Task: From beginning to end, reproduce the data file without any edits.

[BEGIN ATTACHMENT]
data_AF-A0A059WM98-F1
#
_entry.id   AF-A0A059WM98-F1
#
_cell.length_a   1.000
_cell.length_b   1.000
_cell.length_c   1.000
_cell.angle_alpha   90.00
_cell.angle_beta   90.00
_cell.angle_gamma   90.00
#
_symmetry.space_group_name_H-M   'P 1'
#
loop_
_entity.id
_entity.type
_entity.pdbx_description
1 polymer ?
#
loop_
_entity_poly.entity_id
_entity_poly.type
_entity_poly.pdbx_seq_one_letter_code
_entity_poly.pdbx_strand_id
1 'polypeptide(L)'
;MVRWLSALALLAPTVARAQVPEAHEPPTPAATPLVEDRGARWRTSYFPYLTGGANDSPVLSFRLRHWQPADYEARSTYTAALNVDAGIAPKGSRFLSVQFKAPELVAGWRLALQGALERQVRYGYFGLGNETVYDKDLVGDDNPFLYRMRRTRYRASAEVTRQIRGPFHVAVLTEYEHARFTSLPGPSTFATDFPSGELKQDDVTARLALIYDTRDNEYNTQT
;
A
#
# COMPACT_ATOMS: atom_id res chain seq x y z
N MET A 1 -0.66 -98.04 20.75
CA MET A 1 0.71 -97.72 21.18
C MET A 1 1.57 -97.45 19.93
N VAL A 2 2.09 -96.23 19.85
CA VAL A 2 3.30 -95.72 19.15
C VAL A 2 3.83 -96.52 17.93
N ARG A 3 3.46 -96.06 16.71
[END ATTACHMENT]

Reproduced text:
data_AF-A0A059WM98-F1
#
_entry.id   AF-A0A059WM98-F1
#
_cell.length_a   1.000
_cell.length_b   1.000
_cell.length_c   1.000
_cell.angle_alpha   90.00
_cell.angle_beta   90.00
_cell.angle_gamma   90.00
#
_symmetry.space_group_name_H-M   'P 1'
#
loop_
_entity.id
_entity.type
_entity.pdbx_description
1 polymer ?
#
loop_
_entity_poly.entity_id
_entity_poly.type
_entity_poly.pdbx_seq_one_letter_code
_entity_poly.pdbx_strand_id
1 'polypeptide(L)'
;MVRWLSALALLAPTVARAQVPEAHEPPTPAATPLVEDRGARWRTSYFPYLTGGANDSPVLSFRLRHWQPADYEARSTYTAALNVDAGIAPKGSRFLSVQFKAPELVAGWRLALQGALERQVRYGYFGLGNETVYDKDLVGDDNPFLYRMRRTRYRASAEVTRQIRGPFHVAVLTEYEHARFTSLPGPSTFATDFPSGELKQDDVTARLALIYDTRDNEYNTQT
;
A
#
# COMPACT_ATOMS: atom_id res chain seq x y z
N MET A 1 -0.66 -98.04 20.75
CA MET A 1 0.71 -97.72 21.18
C MET A 1 1.57 -97.45 19.93
N VAL A 2 2.09 -96.23 19.85
CA VAL A 2 3.30 -95.72 19.15
C VAL A 2 3.83 -96.52 17.93
N ARG A 3 3.46 -96.06 16.71